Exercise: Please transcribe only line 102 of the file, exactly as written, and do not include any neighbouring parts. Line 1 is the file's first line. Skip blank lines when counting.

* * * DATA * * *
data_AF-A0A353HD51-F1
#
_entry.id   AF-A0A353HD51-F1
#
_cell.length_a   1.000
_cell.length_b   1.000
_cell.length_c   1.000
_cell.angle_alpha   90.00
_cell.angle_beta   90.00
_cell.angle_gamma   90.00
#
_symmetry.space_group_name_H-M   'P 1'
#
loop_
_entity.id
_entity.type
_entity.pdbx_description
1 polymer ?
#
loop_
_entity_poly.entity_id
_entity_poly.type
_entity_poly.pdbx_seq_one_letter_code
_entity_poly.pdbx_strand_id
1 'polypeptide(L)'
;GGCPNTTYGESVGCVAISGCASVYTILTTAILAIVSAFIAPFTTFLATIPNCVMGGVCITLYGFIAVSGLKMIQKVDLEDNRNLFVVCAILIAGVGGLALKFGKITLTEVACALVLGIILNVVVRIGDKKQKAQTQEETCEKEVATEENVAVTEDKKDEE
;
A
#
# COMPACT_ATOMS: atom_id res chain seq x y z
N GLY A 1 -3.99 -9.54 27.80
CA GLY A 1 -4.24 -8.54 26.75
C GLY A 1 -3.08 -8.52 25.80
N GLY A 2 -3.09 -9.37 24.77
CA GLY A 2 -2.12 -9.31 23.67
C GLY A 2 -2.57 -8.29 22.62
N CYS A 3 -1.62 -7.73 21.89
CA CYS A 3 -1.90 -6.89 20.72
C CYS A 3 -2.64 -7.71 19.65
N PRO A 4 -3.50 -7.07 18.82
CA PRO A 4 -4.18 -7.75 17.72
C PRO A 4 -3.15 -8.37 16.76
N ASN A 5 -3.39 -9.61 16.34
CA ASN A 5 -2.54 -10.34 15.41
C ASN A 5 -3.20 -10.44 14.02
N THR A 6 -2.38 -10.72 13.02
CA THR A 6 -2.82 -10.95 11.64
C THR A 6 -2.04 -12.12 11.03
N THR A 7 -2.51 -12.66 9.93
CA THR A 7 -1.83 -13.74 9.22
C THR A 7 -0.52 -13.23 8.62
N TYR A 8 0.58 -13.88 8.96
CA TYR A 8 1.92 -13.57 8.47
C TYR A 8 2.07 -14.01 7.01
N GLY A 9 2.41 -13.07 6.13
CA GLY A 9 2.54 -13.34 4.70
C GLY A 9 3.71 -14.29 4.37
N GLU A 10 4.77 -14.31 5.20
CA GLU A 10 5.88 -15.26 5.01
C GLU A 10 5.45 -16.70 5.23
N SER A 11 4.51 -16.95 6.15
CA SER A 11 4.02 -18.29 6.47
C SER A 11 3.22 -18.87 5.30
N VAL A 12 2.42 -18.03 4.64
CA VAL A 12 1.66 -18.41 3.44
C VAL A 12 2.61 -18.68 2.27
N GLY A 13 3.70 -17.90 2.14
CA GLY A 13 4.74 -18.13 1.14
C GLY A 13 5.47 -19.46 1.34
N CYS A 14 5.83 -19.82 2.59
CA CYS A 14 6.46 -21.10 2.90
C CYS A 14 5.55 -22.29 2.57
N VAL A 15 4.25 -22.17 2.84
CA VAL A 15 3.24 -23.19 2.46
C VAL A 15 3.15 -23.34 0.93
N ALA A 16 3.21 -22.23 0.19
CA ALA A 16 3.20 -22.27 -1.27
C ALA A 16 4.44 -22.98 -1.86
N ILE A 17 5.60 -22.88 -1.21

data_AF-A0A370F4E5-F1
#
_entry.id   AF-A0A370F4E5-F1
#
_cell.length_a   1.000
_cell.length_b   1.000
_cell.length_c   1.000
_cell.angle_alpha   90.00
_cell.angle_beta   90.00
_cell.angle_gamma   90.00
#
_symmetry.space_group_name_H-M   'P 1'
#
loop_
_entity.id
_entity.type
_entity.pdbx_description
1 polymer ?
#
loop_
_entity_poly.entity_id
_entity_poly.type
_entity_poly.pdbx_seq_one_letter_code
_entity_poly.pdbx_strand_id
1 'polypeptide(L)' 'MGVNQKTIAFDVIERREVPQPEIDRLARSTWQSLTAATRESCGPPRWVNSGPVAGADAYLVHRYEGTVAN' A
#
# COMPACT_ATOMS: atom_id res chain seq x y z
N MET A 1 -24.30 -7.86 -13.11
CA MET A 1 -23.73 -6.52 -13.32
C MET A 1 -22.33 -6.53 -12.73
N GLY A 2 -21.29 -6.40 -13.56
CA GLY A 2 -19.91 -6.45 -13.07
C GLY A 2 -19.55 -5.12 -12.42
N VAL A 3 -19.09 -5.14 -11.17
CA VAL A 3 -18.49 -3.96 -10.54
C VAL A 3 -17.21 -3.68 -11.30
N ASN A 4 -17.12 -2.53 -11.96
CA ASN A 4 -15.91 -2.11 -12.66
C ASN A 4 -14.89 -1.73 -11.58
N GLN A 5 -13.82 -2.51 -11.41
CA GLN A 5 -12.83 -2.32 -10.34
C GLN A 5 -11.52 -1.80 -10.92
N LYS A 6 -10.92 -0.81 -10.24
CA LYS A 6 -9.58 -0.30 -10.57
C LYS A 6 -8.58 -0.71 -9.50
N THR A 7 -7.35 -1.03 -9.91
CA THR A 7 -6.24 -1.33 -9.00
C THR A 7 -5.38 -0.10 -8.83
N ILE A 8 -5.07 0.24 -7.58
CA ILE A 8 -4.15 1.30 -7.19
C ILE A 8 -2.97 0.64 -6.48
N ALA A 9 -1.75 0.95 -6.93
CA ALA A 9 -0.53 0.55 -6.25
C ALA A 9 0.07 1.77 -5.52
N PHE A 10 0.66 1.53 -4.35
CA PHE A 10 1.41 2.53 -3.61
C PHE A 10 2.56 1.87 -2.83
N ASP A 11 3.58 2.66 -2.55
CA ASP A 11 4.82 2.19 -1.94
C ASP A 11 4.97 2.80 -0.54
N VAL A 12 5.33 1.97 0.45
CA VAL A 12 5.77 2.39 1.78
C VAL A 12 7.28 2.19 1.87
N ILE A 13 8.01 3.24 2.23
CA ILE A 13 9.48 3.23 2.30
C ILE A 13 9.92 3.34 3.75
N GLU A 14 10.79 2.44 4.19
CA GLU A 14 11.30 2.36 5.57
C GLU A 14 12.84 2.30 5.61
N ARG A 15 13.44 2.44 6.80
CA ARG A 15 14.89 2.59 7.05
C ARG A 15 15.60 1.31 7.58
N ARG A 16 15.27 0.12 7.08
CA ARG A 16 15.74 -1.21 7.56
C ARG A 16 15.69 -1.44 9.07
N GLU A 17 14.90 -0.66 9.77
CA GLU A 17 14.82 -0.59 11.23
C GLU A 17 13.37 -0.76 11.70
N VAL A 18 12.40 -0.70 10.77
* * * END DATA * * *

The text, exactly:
_entity_poly.pdbx_seq_one_letter_code